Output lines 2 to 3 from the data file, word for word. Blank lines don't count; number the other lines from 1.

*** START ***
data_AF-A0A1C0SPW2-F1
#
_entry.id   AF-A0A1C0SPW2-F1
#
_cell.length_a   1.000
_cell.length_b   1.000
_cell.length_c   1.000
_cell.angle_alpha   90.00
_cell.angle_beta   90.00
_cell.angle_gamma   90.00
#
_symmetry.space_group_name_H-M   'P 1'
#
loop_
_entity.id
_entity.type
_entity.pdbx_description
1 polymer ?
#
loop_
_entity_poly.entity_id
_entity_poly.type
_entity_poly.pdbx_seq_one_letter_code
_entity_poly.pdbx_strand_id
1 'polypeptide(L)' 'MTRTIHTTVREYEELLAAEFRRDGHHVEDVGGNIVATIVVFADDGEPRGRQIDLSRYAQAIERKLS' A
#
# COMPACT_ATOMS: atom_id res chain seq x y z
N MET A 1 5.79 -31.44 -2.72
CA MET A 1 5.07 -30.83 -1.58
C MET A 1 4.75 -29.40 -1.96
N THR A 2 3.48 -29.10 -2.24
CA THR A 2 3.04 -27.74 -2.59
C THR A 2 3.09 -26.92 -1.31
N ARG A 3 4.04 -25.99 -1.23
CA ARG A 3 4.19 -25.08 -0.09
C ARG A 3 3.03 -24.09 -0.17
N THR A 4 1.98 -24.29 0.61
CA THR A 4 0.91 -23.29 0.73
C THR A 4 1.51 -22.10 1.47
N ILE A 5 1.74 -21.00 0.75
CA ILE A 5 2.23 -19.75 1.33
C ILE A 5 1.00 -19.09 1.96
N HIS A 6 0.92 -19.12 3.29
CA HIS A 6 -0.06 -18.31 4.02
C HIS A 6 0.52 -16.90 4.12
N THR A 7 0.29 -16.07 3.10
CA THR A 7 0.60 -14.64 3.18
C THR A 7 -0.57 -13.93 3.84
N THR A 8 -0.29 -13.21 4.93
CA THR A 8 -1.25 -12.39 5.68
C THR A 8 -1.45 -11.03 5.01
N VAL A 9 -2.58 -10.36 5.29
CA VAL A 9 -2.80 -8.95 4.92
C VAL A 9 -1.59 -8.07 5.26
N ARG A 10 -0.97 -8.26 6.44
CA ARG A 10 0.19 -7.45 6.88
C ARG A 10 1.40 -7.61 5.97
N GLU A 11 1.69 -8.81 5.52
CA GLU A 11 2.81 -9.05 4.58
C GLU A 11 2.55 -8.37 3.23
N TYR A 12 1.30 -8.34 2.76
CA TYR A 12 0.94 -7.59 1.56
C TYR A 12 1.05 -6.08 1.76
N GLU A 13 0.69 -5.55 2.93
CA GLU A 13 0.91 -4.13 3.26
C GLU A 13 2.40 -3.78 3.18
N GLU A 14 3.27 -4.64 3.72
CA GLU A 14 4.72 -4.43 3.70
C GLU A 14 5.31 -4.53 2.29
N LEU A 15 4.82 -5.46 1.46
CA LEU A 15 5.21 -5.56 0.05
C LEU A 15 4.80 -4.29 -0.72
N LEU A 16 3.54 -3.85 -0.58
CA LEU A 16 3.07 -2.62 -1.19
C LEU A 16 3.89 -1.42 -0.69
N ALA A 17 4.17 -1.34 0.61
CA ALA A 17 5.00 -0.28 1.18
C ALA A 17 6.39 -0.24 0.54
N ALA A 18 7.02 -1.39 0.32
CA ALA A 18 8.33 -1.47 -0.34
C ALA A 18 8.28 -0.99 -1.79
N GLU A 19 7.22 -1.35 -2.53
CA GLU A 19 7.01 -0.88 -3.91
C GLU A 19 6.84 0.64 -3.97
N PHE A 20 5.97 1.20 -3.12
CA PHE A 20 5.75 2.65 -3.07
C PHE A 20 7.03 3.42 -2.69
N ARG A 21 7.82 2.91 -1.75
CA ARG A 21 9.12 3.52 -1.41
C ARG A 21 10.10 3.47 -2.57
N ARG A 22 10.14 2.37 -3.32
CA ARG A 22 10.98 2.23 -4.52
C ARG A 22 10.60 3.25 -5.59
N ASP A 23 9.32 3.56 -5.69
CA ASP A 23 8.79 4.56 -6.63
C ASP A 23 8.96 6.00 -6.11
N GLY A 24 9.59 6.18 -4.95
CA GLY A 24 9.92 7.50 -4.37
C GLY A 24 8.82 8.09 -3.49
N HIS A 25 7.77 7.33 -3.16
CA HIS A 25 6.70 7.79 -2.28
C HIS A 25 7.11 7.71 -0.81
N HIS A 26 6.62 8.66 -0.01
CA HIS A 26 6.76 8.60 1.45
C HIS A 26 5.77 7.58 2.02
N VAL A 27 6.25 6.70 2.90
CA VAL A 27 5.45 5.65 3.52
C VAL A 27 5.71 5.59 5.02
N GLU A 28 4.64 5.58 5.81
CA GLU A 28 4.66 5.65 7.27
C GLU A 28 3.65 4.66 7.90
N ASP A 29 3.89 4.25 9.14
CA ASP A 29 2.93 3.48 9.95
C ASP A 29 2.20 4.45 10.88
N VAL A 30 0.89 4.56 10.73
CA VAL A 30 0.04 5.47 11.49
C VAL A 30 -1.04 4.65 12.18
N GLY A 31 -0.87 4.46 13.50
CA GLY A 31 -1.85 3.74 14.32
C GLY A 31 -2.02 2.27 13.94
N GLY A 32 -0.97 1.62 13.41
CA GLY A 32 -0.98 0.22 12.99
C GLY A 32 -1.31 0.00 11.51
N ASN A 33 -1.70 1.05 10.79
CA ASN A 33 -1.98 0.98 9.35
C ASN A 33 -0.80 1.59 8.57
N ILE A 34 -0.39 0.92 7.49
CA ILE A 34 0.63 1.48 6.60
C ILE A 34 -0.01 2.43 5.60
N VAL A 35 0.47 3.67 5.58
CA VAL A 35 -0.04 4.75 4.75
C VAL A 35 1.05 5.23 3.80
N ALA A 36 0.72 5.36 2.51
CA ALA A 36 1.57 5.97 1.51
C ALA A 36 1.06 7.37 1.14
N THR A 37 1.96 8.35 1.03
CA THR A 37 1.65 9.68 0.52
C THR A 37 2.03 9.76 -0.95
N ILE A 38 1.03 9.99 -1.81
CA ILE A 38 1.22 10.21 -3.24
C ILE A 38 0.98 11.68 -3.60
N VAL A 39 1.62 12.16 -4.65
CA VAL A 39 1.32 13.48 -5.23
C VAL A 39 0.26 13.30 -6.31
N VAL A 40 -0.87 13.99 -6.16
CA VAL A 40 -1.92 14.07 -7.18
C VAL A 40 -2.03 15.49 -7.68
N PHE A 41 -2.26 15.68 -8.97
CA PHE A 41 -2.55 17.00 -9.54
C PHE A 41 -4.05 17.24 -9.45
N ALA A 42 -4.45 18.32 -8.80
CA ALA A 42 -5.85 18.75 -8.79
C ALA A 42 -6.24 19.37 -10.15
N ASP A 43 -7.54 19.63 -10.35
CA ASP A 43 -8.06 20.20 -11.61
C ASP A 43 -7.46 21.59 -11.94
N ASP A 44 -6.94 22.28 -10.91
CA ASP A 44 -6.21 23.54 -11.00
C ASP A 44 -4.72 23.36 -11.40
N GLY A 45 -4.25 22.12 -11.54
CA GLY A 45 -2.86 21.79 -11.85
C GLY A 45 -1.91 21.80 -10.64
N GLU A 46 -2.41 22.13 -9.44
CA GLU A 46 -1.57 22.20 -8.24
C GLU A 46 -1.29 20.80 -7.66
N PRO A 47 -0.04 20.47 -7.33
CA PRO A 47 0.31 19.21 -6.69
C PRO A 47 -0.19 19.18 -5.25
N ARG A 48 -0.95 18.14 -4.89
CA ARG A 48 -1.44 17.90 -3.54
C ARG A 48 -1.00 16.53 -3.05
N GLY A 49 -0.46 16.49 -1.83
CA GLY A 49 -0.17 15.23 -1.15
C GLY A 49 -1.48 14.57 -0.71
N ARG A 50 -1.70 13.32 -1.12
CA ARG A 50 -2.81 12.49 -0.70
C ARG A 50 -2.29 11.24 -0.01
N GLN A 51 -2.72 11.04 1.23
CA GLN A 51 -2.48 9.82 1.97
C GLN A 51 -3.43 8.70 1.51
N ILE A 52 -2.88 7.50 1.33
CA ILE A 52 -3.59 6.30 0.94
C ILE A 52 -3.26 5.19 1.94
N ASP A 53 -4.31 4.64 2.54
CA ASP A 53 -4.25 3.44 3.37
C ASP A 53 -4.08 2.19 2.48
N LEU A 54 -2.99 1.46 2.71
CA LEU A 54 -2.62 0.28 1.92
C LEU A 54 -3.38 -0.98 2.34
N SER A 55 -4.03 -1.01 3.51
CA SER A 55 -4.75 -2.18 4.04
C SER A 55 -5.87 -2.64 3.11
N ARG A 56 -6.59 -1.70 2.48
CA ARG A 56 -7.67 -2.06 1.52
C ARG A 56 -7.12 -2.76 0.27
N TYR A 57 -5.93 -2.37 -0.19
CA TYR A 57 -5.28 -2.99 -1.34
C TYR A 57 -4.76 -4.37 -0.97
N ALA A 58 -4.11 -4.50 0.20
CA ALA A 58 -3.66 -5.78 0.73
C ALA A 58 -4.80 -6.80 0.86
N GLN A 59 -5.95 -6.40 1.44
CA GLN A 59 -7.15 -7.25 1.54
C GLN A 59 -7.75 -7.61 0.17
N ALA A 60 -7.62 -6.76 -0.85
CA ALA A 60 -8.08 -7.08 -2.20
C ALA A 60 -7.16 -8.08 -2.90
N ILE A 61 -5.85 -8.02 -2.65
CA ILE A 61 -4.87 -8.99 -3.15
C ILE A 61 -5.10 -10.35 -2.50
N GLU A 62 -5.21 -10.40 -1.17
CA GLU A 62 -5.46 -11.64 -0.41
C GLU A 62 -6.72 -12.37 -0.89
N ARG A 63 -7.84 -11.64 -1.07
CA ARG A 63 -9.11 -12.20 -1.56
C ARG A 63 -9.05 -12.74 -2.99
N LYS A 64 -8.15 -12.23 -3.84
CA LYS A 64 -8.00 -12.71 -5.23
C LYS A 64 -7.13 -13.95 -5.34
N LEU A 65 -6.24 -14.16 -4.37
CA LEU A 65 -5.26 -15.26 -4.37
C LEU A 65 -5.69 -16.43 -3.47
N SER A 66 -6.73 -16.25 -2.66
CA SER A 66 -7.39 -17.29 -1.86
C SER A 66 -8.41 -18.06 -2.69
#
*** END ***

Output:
#
_entry.id   AF-A0A1C0SPW2-F1